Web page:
Peña considers Hacienda la Papaya not only a Centro de Producción, but also a center of investigation with disciplinary teams such as agronomics, baristas, and cacao farmers. “We experiment with chemistry and I’m pretty sure that we have the best quality control, with sensors on harvest, developing of fertilizer, and drying rooms” he says.
Peña’s passion for research has helped him unlock the potential for quality with different varieties and processing methods. This lot is an example of careful selection of the Typica variety and a traditional washed processing method resulting in a bright and super clean cup profile. After carefully harvesting cherries, depulping, fermenting for 15 hours, and gently drying on raised beds the coffee is moved to CafExporto, which provides crucial logistical support for things like warehousing, quality control and preparing coffee for export to the international market.
Green Analysis by Chris Kornman
Unsurprisingly Juan Peña has delivered a precisely processed and prepared green coffee for us. With low moisture, and a fairly tight screen size distribution of 16-18, roasters should have little to worry about here.
The density readings look somewhat average via free settling in our narrow graduated cylinder (reflecting the oblong shape of the Typica cultivar) but in the larger volume digital readout from the Sinar shows to be quite high. The takeaway is to treat this coffee as a high density bean in most scenarios, but to account for the bean shape particularly in smaller spaces (such as in an Ikawa roaster). Note that longberry type seeds are at slightly higher risk for tipping and scorching as well. I usually default to gentler heat application at charge and after first crack as a result.
Hacienda la Papaya’s trees have been genetically tested by World Coffee Research and Peña maintains distinct groves of “mother” trees exclusively for seed propagation to preserve the genetic integrity of the daughter populations. Typica was the world’s first global cultivar, brought by the Dutch to Java in the last decade of the 17th century from western India (where it arrived from Yemen nearly a century before). It would go on to populate colonial coffee holdings throughout most of the world and dominate production until the closely-related Bourbon variety appeared on the world coffee scene in the 19th century. Typica is often recognized for its long leaf and seed shape, tall spindly tree appearance, and relatively low yields compared to other commercially grown cultivars.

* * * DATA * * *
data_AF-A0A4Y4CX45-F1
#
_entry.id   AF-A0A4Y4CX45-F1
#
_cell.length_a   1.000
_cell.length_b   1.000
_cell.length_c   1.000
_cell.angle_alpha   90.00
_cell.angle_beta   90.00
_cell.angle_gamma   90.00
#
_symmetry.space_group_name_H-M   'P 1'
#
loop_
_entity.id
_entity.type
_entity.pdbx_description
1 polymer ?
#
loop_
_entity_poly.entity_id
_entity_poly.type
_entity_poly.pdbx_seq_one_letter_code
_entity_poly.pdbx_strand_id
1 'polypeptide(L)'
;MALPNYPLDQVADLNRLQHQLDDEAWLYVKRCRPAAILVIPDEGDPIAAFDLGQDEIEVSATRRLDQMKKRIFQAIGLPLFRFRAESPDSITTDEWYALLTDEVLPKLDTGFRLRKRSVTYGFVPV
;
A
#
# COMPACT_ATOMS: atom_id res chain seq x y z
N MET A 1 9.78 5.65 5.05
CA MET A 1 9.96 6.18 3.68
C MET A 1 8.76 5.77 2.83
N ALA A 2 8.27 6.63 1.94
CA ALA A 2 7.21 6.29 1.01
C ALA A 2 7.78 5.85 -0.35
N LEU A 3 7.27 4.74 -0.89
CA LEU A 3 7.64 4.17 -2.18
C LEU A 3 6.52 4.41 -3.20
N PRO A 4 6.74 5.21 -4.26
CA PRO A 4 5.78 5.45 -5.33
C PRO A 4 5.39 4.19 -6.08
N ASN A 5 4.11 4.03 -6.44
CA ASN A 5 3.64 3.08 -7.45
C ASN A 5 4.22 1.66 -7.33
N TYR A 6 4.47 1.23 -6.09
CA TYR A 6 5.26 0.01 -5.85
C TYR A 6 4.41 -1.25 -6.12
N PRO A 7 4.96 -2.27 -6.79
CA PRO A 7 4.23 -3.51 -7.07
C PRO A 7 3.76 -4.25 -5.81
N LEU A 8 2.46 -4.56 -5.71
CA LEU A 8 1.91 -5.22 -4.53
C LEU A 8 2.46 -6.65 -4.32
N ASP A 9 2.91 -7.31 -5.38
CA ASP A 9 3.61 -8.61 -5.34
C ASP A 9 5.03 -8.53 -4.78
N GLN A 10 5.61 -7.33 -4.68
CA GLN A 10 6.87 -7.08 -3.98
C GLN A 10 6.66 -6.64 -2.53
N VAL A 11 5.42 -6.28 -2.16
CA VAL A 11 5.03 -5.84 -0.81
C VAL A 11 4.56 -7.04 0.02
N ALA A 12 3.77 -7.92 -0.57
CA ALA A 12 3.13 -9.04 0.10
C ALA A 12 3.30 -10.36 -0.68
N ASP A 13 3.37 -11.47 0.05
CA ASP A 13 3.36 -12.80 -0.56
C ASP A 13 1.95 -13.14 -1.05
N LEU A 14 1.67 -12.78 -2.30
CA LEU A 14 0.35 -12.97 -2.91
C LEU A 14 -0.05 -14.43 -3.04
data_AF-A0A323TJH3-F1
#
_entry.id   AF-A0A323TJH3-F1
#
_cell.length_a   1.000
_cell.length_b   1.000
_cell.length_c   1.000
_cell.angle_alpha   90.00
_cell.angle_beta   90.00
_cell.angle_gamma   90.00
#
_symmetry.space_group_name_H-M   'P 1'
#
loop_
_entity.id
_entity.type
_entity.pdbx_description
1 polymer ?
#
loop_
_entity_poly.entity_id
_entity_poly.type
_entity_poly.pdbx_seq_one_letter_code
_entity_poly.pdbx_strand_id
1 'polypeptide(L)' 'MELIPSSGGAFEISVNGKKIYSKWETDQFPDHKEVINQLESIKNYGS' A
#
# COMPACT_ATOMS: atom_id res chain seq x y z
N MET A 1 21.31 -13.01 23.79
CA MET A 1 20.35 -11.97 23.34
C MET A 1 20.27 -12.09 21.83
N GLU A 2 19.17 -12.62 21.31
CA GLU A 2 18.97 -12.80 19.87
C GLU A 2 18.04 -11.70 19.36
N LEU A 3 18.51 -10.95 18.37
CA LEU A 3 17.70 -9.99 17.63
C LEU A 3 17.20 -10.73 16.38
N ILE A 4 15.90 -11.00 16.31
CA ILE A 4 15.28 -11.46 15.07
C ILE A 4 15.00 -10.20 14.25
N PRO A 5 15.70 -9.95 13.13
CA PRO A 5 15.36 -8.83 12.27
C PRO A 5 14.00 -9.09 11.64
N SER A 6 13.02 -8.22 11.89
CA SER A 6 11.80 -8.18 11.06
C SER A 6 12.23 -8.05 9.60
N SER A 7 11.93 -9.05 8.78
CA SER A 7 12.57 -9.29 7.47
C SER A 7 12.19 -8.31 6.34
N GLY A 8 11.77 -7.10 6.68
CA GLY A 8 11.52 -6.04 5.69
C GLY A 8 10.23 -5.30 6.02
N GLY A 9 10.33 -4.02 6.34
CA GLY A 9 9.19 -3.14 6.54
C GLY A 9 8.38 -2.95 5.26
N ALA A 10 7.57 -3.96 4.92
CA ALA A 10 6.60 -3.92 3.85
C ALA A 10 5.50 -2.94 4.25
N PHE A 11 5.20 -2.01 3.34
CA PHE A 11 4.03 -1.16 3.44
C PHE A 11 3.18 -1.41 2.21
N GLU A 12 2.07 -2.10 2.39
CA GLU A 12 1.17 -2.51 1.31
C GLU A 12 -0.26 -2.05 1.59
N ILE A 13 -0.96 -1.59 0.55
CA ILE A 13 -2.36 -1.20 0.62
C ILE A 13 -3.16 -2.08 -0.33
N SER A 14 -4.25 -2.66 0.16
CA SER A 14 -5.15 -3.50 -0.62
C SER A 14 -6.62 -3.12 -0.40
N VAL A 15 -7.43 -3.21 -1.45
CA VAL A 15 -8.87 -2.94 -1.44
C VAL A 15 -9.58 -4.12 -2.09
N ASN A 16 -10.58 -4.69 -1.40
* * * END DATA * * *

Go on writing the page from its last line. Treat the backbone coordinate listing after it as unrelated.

Diedrich IR-5 Analysis by Doris Garrido
This is my second year roasting Juan Peña Coffees, and I have been amazed by the quality of his work, and the detail of his processes since then. You can taste all the dedicated work he has put into it, from growing the plant to drying the seeds. And here I going to share how my first roast went.
In this coffee, you can find a lot of florals, I have it cupped a few times by now and it reminds me of a great Ethiopian. It has a tart acidity like berries and a delicate sweetness, highly enjoyable cup of coffee.
I charged the coffee at 417.1F with 30% gas and added 100% before the first minute. At 2:20 minutes I started lowering to 70%, then 45%, and then 30%, just before yellowing. At 306F color change started happening. At 336F started using the air, the first 50%, and just before the first crack I added 100%. At 8 minutes of the roast, I marked the first crack at 380F. I let it run for about 45 seconds and dropped the burners to 0%, that way I ended the roast with 1:21 minutes of post-development and at 391.2F